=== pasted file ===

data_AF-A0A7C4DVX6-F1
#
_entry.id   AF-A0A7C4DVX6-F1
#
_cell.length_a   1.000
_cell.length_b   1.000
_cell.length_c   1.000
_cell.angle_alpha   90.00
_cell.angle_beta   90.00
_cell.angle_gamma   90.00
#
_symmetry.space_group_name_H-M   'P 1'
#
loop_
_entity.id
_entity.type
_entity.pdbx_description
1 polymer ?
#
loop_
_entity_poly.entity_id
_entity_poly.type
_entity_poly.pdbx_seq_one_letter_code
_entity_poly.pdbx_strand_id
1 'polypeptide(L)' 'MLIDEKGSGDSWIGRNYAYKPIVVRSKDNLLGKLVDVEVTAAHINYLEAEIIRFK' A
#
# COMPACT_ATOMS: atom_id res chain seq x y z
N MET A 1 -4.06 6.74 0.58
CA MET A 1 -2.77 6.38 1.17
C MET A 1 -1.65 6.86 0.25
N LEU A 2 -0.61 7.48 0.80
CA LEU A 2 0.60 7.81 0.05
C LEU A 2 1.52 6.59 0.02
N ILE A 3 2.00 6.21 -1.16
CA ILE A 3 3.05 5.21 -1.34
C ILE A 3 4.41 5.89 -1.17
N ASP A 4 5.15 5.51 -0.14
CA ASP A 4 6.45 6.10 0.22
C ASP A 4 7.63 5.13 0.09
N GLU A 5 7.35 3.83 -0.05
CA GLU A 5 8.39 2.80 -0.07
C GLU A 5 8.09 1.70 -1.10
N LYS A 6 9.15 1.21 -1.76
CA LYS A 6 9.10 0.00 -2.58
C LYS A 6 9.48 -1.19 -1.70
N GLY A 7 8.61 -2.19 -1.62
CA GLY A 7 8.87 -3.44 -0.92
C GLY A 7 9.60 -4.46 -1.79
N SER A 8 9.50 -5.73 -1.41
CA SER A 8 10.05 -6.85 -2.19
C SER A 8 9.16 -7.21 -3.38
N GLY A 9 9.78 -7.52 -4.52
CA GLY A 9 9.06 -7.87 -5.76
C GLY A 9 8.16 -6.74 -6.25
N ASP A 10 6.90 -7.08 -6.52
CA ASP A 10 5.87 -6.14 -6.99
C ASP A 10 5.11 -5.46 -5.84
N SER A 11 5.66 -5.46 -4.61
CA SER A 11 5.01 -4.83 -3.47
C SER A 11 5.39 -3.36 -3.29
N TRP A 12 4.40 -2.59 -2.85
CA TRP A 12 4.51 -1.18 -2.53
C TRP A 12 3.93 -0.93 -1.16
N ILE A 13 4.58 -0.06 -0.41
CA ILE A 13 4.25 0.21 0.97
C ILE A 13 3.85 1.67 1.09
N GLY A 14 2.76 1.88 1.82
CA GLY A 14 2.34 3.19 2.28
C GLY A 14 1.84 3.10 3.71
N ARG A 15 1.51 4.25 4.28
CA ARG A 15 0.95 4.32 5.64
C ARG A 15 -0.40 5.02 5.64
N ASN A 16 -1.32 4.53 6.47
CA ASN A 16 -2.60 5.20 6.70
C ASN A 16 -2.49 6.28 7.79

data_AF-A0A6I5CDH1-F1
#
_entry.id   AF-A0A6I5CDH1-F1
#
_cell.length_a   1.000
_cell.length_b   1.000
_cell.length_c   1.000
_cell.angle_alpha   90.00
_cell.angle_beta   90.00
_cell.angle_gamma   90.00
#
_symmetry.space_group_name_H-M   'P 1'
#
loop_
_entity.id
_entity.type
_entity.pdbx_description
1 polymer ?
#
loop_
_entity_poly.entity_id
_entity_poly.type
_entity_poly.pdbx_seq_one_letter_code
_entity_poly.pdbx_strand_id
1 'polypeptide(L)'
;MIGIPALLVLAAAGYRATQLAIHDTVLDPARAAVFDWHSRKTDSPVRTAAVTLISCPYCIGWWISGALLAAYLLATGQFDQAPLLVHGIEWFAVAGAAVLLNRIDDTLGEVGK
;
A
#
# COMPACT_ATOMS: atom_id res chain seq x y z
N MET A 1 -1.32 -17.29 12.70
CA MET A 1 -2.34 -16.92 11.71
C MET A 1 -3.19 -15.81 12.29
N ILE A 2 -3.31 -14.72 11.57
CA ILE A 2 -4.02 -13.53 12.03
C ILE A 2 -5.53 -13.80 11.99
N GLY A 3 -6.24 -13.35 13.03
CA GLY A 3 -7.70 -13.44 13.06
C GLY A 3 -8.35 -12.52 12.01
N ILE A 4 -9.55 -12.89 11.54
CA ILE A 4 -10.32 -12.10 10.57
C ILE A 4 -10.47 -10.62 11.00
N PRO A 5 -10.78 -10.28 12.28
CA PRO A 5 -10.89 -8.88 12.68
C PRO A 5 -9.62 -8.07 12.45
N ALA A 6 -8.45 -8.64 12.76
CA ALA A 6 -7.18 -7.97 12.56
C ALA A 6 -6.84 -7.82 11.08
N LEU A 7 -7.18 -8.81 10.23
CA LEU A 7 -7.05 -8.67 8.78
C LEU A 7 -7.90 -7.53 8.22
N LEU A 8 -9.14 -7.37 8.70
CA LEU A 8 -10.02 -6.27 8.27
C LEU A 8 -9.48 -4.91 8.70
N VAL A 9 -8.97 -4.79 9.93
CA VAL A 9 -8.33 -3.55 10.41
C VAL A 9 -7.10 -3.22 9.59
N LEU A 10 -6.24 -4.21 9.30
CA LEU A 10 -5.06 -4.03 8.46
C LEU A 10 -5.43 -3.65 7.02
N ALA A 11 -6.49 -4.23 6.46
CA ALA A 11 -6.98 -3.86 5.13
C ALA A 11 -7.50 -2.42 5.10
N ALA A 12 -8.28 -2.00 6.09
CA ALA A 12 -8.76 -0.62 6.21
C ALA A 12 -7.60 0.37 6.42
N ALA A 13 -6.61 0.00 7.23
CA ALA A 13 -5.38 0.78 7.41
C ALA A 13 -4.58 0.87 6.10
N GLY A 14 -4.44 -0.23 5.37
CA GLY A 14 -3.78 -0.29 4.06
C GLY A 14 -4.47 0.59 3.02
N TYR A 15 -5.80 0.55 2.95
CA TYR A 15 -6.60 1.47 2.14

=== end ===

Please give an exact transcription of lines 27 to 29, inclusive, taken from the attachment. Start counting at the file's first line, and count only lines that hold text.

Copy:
# COMPACT_ATOMS: atom_id res chain seq x y z
N MET A 1 -4.06 6.74 0.58
CA MET A 1 -2.77 6.38 1.17